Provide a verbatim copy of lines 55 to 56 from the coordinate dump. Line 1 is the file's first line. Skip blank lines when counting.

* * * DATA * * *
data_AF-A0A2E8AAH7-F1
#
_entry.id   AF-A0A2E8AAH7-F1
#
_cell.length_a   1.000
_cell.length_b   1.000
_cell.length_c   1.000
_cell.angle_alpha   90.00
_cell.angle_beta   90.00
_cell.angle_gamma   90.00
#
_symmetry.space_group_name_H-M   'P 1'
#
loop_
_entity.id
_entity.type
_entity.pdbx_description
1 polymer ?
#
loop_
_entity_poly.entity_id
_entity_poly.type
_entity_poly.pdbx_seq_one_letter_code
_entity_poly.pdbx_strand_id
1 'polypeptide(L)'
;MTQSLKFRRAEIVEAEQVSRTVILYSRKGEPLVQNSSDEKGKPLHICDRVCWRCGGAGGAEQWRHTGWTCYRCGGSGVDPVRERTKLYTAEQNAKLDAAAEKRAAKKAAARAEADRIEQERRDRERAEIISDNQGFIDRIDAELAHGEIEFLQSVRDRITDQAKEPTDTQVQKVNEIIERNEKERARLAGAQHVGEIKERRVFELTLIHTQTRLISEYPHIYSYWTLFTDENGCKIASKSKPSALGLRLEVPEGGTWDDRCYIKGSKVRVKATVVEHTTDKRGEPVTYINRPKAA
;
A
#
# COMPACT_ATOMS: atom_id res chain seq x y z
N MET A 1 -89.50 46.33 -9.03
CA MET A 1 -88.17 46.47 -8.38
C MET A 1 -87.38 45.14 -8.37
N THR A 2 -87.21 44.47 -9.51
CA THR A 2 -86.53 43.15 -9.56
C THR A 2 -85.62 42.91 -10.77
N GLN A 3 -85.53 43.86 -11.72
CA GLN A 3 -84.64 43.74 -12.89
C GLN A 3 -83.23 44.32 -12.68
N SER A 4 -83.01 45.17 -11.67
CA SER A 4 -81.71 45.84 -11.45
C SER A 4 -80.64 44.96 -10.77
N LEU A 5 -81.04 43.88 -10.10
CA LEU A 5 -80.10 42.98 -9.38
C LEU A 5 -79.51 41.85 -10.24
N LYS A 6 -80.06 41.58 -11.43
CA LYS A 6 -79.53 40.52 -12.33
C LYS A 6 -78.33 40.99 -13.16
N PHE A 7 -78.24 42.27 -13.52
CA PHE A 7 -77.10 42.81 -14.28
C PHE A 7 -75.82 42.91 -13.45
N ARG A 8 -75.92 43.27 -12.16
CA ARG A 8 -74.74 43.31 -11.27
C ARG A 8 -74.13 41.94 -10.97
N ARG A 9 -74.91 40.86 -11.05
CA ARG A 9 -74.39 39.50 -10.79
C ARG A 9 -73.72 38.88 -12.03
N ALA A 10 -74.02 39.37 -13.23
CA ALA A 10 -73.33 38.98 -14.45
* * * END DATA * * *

N ARG A 9 -74.91 40.86 -11.05
CA ARG A 9 -74.39 39.50 -10.79